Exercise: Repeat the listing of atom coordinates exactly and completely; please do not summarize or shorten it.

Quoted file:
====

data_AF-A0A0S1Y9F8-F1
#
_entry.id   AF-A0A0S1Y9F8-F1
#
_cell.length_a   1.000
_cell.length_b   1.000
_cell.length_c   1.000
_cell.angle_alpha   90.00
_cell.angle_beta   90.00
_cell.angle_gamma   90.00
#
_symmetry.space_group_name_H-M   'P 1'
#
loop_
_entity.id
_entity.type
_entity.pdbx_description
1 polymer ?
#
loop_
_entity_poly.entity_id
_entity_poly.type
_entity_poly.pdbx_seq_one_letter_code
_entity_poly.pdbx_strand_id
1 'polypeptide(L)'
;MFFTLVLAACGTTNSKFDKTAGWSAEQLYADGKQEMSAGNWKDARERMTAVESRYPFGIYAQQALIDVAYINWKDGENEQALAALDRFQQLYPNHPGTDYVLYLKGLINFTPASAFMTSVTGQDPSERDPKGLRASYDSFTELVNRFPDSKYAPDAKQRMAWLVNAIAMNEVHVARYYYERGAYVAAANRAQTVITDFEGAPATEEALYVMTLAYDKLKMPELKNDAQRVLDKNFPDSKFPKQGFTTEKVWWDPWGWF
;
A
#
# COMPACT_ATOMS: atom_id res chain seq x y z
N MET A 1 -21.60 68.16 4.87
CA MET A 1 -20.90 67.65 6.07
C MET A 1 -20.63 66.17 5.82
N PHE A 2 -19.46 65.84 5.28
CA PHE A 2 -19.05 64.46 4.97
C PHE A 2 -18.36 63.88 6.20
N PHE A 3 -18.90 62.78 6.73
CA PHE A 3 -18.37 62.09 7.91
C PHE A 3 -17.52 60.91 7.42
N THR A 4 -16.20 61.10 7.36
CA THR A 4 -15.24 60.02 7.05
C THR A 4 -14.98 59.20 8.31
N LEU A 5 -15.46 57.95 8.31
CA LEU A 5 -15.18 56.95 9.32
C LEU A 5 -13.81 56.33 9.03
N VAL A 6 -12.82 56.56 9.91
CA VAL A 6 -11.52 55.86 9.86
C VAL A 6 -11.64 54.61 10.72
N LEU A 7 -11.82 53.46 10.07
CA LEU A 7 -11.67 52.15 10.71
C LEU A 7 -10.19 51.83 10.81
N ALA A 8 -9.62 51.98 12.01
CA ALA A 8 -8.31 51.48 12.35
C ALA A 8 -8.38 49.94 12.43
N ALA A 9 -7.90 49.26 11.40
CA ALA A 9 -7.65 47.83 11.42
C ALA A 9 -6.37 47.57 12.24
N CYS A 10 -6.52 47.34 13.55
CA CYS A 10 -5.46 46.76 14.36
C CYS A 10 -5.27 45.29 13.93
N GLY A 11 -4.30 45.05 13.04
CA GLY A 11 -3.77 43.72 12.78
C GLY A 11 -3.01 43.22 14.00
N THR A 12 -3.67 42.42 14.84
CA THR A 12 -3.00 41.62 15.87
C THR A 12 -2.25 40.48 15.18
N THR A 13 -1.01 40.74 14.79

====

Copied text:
data_AF-A0A0S1Y9F8-F1
#
_entry.id   AF-A0A0S1Y9F8-F1
#
_cell.length_a   1.000
_cell.length_b   1.000
_cell.length_c   1.000
_cell.angle_alpha   90.00
_cell.angle_beta   90.00
_cell.angle_gamma   90.00
#
_symmetry.space_group_name_H-M   'P 1'
#
loop_
_entity.id
_entity.type
_entity.pdbx_description
1 polymer ?
#
loop_
_entity_poly.entity_id
_entity_poly.type
_entity_poly.pdbx_seq_one_letter_code
_entity_poly.pdbx_strand_id
1 'polypeptide(L)'
;MFFTLVLAACGTTNSKFDKTAGWSAEQLYADGKQEMSAGNWKDARERMTAVESRYPFGIYAQQALIDVAYINWKDGENEQALAALDRFQQLYPNHPGTDYVLYLKGLINFTPASAFMTSVTGQDPSERDPKGLRASYDSFTELVNRFPDSKYAPDAKQRMAWLVNAIAMNEVHVARYYYERGAYVAAANRAQTVITDFEGAPATEEALYVMTLAYDKLKMPELKNDAQRVLDKNFPDSKFPKQGFTTEKVWWDPWGWF
;
A
#
# COMPACT_ATOMS: atom_id res chain seq x y z
N MET A 1 -21.60 68.16 4.87
CA MET A 1 -20.90 67.65 6.07
C MET A 1 -20.63 66.17 5.82
N PHE A 2 -19.46 65.84 5.28
CA PHE A 2 -19.05 64.46 4.97
C PHE A 2 -18.36 63.88 6.20
N PHE A 3 -18.90 62.78 6.73
CA PHE A 3 -18.37 62.09 7.91
C PHE A 3 -17.52 60.91 7.42
N THR A 4 -16.20 61.10 7.36
CA THR A 4 -15.24 60.02 7.05
C THR A 4 -14.98 59.20 8.31
N LEU A 5 -15.46 57.95 8.31
CA LEU A 5 -15.18 56.95 9.32
C LEU A 5 -13.81 56.33 9.03
N VAL A 6 -12.82 56.56 9.91
CA VAL A 6 -11.52 55.86 9.86
C VAL A 6 -11.64 54.61 10.72
N LEU A 7 -11.82 53.46 10.07
CA LEU A 7 -11.67 52.15 10.71
C LEU A 7 -10.19 51.83 10.81
N ALA A 8 -9.62 51.98 12.01
CA ALA A 8 -8.31 51.48 12.35
C ALA A 8 -8.38 49.94 12.43
N ALA A 9 -7.90 49.26 11.40
CA ALA A 9 -7.65 47.83 11.42
C ALA A 9 -6.37 47.57 12.24
N CYS A 10 -6.52 47.34 13.55
CA CYS A 10 -5.46 46.76 14.36
C CYS A 10 -5.27 45.29 13.93
N GLY A 11 -4.30 45.05 13.04
CA GLY A 11 -3.77 43.72 12.78
C GLY A 11 -3.01 43.22 14.00
N THR A 12 -3.67 42.42 14.84
CA THR A 12 -3.00 41.62 15.87
C THR A 12 -2.25 40.48 15.18
N THR A 13 -1.01 40.74 14.79